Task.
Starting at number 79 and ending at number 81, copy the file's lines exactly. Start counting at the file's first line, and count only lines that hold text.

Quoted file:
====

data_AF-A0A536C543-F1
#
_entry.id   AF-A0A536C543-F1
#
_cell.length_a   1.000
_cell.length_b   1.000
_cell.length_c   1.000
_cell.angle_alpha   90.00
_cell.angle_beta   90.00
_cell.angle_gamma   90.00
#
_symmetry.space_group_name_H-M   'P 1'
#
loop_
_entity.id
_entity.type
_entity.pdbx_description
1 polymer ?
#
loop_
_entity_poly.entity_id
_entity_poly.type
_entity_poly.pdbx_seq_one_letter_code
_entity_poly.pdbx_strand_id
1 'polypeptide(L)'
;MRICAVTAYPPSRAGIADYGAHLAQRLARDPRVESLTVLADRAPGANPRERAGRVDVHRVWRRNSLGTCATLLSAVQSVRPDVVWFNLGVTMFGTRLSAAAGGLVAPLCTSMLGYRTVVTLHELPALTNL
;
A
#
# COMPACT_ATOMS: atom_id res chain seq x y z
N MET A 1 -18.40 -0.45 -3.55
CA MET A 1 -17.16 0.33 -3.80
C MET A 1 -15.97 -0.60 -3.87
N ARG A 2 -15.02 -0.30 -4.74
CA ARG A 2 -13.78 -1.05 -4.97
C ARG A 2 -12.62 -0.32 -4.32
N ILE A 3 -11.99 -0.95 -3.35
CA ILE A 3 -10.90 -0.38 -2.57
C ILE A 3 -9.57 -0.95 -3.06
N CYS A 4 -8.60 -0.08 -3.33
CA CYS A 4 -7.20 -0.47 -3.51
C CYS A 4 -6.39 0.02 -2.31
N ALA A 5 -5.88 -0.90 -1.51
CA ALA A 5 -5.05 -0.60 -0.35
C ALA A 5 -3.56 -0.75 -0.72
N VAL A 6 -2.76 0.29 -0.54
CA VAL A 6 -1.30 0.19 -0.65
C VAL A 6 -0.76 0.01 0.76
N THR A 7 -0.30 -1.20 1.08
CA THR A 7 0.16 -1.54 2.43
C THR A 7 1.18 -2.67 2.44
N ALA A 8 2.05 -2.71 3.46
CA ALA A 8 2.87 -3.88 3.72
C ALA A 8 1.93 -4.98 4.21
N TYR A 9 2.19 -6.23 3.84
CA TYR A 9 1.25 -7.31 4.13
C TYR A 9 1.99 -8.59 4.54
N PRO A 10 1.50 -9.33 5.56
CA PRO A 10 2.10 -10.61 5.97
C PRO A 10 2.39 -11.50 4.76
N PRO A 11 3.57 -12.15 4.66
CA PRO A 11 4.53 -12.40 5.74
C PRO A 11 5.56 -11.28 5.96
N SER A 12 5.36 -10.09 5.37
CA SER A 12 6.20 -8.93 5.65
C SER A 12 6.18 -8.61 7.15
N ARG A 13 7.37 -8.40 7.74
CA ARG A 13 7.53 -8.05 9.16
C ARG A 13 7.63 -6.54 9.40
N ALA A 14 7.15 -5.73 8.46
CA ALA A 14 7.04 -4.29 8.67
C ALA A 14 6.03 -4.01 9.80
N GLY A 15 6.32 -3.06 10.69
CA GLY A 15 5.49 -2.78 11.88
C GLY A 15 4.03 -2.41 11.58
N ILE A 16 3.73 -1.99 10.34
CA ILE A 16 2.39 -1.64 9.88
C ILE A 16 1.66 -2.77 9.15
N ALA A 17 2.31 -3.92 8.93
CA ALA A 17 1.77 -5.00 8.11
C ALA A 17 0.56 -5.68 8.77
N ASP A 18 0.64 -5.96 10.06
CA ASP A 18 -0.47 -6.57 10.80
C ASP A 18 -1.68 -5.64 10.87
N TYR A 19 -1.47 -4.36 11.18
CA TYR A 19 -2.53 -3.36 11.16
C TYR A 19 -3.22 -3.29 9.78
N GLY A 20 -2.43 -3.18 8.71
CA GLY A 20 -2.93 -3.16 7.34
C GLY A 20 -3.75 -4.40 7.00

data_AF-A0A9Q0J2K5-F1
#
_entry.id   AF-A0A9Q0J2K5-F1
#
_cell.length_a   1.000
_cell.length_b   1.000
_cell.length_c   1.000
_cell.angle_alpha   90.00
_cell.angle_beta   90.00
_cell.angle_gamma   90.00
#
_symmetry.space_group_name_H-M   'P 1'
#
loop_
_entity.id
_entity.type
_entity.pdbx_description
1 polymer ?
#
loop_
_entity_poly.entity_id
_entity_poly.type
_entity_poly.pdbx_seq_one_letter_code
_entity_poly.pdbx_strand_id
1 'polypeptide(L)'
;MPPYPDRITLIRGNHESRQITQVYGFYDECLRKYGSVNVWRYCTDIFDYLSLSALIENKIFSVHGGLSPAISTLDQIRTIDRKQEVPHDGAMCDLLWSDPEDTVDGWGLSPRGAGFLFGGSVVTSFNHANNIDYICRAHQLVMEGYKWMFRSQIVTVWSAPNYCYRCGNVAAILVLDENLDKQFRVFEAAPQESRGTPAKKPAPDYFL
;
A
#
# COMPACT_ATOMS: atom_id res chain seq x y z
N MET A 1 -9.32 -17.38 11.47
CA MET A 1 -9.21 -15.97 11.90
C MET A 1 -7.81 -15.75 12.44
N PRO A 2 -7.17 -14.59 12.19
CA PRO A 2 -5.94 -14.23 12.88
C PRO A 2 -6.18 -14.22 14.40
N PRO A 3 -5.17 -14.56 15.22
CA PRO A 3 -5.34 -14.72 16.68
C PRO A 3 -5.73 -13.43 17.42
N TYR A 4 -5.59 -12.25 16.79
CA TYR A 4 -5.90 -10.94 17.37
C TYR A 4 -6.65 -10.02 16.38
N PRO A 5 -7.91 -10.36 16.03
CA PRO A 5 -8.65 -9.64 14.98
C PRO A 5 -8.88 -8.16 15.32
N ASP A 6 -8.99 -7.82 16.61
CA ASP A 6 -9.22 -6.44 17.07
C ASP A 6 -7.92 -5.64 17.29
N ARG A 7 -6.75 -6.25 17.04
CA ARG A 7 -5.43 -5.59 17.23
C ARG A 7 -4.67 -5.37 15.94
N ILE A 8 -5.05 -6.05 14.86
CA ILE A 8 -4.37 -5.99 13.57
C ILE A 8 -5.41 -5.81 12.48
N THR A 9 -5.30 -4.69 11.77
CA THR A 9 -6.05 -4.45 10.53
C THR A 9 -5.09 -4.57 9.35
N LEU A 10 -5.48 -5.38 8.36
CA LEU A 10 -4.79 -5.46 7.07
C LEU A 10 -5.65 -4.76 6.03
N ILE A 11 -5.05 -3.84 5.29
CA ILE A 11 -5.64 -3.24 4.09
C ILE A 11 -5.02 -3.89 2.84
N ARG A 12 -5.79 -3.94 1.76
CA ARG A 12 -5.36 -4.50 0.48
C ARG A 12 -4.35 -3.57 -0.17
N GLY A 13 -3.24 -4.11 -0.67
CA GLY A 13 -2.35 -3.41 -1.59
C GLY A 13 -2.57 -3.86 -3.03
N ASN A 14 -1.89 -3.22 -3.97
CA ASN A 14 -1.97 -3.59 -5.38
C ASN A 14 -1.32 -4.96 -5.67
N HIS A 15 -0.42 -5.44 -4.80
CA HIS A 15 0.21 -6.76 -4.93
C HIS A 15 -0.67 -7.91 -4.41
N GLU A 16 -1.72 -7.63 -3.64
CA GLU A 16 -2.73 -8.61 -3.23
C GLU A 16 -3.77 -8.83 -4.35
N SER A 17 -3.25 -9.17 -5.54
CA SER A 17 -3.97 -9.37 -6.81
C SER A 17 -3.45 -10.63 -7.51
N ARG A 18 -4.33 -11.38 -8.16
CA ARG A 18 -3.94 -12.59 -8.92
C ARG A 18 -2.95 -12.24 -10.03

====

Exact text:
N ALA A 17 2.31 -3.92 8.93
CA ALA A 17 1.77 -5.00 8.11
C ALA A 17 0.56 -5.68 8.77